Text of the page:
Issue 1: How do you get a child to make good choices when they refuse to make good choices, refuse to take responsibility for their actions, refuse to listen and refuse to follow rules? It feels like we need to be watching her 24/7, and it's exhausting. We don't know what else to do at this point.

    Issue 2: From pretty much day one, my SD has been cold and resentful to me. She rarely acknowledges my presence, replies in one-word responses when I try to speak to her and talks as if I'm not in the room whenever we're with other people. She's also told several people she hates me. I have tried everything I can think of to reach her and form some kind of relationship with her, but nothing has worked. I'm kind, considerate, thoughtful, funny... but she hasn't shown even a little sign of appreciation or acceptance of me.

    In therapy she admitted that she doesn't know why she doesn't like me, and admitted that she wouldn't like any man that her Mom chose to be with. Her Mom's told me that my SD has always been very jealous of her Mom's attention, and it appears to us (and the therapist) that her behaviour is based on that jealousy.

    I've heard that this isn't necessarily uncommon with stepchildren, and that it could take years for her to "warm up" to me (if she ever does). I understand that, and I could live with us having a polite, civil relationship, but after four years it's really bothering me that she treats me like I don't exist. Can anyone suggest any ways to get her to at least treat me with the respect that we would expect her to give a stranger?

    I appreciate any advice you can give.
  2. jal

    jal Member

    Hi LostSf,

    I unfortunately do not have advice as I have not been there done that, but I wanted to welcome you and let you know that others will be along soon and that they may have some very good ideas or words of wisdom. You have found the right place. There are a lot of caring and supportive people here.
  3. dadside

    dadside New Member

    Take a look at outdoor family-oriented programs. I'm a great believer in the power of the outdoors. And it is clear that if you can all cooperate for the common good you will build some bridges you can use in the future. Not to make your SD a different person, but to build respect - mutually! You may also find some comparable programs available through a local organization.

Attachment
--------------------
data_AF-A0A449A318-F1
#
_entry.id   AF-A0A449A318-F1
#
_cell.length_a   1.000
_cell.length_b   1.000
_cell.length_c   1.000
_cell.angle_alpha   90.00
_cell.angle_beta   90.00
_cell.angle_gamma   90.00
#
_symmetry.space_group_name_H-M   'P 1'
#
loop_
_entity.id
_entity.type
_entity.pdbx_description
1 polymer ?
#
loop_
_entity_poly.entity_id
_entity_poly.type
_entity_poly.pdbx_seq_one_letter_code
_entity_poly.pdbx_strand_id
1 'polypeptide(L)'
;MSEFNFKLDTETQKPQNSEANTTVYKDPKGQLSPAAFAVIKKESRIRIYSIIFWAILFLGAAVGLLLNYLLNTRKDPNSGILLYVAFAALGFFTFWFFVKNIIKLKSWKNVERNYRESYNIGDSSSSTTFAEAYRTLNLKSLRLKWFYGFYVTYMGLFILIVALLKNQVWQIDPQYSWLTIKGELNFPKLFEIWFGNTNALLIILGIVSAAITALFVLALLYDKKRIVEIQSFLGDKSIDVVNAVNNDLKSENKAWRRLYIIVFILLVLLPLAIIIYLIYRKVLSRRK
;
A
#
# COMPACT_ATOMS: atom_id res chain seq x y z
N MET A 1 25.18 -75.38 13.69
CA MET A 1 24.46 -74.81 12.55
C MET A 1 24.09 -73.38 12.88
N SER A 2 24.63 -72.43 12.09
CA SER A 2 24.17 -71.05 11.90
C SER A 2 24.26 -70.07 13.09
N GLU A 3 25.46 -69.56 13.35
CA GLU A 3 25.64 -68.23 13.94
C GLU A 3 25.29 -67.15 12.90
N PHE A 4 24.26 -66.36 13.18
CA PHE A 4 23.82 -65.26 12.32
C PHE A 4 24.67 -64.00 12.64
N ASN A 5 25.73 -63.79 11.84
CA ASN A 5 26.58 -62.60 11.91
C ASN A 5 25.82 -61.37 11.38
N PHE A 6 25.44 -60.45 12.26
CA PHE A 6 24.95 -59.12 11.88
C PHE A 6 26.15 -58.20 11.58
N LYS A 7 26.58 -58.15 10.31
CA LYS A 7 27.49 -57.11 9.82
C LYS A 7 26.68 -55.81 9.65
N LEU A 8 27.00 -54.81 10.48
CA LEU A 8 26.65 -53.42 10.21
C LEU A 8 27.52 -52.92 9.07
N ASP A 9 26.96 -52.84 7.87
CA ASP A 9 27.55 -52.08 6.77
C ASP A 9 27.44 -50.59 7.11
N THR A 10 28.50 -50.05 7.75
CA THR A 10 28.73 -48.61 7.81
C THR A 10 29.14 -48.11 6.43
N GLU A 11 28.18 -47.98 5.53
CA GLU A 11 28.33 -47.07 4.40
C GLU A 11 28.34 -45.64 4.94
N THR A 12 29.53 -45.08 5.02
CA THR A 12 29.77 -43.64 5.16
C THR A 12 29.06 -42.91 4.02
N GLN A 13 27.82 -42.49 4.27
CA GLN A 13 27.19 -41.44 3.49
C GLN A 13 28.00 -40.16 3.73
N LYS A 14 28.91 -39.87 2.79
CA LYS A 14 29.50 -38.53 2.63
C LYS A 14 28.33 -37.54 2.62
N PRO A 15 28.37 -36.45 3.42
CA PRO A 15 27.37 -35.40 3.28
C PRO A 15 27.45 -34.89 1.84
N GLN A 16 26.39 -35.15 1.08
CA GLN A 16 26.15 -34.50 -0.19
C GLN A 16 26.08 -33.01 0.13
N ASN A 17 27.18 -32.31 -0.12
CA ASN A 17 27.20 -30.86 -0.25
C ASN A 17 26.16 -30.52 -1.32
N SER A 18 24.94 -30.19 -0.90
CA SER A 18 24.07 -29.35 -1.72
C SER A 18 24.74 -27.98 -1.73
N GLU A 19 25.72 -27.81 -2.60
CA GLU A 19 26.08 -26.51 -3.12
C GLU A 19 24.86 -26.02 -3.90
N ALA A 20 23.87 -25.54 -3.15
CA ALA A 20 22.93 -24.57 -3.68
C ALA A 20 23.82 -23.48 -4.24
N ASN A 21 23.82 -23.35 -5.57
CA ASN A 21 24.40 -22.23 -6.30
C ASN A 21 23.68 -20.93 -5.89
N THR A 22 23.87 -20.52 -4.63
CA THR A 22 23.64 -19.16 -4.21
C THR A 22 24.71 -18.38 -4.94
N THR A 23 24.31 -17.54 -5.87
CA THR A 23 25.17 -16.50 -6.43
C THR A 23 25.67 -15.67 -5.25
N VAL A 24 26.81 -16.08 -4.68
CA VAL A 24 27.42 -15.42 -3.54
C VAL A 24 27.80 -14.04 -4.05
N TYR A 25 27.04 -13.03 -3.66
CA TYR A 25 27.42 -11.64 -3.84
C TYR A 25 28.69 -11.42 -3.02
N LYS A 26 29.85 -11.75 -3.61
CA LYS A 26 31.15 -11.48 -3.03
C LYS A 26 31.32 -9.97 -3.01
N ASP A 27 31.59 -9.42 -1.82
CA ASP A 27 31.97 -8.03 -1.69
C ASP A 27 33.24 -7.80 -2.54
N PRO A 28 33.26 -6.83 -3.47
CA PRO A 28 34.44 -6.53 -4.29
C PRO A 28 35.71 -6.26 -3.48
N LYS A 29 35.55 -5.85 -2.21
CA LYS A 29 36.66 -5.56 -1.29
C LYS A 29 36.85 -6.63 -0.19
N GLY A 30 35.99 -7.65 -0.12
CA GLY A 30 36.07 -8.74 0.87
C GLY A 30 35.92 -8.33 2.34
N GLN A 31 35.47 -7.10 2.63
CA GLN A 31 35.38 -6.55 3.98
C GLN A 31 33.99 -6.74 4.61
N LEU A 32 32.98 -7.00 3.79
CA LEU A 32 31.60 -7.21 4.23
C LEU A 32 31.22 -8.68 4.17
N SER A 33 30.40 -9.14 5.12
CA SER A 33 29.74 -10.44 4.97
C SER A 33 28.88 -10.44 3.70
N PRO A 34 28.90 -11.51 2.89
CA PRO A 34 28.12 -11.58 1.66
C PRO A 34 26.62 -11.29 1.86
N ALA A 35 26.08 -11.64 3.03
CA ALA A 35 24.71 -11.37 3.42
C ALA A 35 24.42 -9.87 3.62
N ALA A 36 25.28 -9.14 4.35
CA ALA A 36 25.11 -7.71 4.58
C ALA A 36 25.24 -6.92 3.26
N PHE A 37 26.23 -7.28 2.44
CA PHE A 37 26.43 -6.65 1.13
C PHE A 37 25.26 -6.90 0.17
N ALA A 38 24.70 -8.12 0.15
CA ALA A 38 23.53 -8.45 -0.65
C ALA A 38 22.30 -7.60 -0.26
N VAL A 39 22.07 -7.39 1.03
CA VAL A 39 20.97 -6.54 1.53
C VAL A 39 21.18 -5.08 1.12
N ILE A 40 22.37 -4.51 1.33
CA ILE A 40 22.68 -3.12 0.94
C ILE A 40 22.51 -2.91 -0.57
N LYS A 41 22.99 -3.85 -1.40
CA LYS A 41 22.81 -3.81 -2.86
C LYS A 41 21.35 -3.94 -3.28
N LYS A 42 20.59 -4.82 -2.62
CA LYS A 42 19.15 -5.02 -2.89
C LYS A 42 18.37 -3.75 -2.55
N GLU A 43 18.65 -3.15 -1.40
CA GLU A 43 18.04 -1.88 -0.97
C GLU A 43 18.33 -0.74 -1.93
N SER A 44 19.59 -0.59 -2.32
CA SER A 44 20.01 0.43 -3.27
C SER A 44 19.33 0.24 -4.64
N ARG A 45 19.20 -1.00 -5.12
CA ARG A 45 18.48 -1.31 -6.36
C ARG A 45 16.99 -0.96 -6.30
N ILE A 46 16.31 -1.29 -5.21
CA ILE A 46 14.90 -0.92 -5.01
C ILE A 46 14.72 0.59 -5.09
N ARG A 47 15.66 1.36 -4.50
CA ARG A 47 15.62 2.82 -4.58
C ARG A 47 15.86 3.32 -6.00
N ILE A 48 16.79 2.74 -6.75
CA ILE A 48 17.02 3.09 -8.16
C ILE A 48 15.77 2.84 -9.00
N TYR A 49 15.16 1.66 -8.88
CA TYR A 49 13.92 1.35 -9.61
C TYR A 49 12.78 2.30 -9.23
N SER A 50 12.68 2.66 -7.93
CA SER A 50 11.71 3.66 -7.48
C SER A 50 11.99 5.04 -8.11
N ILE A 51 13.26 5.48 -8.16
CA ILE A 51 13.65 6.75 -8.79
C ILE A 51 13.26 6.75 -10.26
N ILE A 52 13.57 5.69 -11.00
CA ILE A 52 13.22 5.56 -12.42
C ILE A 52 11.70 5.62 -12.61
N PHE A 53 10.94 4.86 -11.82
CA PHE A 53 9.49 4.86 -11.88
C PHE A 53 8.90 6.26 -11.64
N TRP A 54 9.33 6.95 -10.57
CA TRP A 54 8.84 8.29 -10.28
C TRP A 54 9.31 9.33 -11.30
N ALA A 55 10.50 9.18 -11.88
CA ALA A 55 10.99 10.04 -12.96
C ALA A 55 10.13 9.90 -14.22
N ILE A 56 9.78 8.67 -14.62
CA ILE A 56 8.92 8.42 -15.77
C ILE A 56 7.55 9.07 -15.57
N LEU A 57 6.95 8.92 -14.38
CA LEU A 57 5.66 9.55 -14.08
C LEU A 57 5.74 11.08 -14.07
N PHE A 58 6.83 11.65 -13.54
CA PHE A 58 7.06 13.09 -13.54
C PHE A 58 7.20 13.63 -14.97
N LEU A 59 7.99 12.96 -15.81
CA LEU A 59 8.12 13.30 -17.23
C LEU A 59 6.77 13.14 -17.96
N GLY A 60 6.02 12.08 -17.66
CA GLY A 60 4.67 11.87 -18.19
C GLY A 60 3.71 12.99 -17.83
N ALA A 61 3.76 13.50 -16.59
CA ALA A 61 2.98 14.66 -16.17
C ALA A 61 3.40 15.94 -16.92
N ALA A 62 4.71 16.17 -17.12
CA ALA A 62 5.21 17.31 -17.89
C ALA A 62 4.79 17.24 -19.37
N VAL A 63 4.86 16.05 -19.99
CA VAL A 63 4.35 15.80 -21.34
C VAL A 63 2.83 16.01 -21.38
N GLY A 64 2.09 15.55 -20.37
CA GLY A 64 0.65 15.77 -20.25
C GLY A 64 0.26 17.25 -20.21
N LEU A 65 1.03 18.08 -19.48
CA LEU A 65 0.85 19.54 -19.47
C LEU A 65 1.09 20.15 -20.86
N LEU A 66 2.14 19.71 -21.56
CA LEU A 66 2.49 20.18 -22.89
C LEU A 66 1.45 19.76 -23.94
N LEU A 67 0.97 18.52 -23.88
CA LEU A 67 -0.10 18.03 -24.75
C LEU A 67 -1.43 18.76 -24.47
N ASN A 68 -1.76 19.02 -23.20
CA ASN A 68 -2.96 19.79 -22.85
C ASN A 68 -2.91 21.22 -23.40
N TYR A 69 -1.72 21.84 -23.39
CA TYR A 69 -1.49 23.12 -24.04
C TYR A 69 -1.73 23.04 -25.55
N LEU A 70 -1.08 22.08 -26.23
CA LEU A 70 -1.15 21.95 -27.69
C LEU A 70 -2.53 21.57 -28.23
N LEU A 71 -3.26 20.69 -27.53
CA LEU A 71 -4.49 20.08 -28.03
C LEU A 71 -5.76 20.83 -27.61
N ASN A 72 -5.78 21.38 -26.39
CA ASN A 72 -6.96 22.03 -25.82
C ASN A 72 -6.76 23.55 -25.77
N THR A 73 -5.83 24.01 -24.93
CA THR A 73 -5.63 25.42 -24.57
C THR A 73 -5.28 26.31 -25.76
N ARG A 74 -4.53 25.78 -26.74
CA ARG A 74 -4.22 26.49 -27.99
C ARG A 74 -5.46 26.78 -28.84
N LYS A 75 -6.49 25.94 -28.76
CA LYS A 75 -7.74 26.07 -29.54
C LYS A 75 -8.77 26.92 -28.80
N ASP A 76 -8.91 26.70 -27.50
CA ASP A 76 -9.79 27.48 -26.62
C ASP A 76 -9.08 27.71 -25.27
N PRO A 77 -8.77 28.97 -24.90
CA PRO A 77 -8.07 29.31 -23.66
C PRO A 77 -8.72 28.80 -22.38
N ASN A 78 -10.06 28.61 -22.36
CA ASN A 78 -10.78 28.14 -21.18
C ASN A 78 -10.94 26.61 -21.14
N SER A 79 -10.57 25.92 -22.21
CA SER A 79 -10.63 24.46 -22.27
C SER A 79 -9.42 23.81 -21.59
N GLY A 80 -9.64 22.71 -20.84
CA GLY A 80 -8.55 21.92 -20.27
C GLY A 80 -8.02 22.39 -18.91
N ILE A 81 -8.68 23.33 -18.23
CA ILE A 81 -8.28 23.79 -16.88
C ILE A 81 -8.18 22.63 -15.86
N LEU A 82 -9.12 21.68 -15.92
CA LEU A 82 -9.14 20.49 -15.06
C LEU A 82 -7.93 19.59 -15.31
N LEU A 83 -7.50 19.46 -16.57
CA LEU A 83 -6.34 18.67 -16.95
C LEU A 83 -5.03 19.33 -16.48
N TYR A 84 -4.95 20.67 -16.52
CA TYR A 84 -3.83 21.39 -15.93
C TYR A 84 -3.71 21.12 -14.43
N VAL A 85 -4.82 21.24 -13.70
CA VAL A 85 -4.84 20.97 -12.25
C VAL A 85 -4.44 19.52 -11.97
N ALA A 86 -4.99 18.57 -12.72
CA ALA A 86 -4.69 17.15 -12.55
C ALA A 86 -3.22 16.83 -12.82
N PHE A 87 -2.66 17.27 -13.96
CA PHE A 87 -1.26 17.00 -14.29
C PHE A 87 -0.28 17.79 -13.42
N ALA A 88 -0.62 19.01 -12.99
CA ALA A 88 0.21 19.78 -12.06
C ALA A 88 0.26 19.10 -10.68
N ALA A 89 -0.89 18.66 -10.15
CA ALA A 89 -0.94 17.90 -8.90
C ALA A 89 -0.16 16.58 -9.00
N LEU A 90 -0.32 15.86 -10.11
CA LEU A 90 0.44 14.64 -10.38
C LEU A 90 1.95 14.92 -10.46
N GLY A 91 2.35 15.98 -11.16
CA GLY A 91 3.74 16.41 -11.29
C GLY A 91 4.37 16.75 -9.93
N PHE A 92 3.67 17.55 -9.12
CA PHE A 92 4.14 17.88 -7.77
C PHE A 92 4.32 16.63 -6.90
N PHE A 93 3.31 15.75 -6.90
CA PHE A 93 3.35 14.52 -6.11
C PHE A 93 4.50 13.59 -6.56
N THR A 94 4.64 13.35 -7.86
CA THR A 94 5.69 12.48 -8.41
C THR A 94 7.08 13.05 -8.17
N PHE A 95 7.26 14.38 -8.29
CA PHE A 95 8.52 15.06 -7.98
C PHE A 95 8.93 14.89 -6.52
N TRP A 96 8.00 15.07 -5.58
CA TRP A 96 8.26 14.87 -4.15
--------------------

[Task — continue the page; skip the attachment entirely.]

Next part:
Lasted edited by : May 15, 2010
  4. smallworld

    smallworld Moderator

    Dadside, this board has a policy of not mentioning specific programs publicly by name. I would appreciate your PMing your suggestions to the poster.
  5. DDD

    DDD Well-Known Member

    My husband and I have been there done that! My easy child son (yes, easy child) avoided contact with my husband as much as possible for years....and only used Mr. X as the form of address. Never did he even refer to him as "my Mom's husband". Yikes. My eldest stepdaughter is 52 and she is "polite" to mebut there is very little warmth after thirty plus years.Personally I don't think you can do more than be yourself, try not to monopolize her Mom's time and attention and provide an outside professional to help her work through her issues. At least she has someone she can speak freely to should she need to vent. Most restructured famiies have difficulty. The lucky ones are able to establish bonds in due time. The process often takes years and years. Having everyone be on the same page as far as respectfulness is hugely important in my humble opinion. Good luck to you all. DDD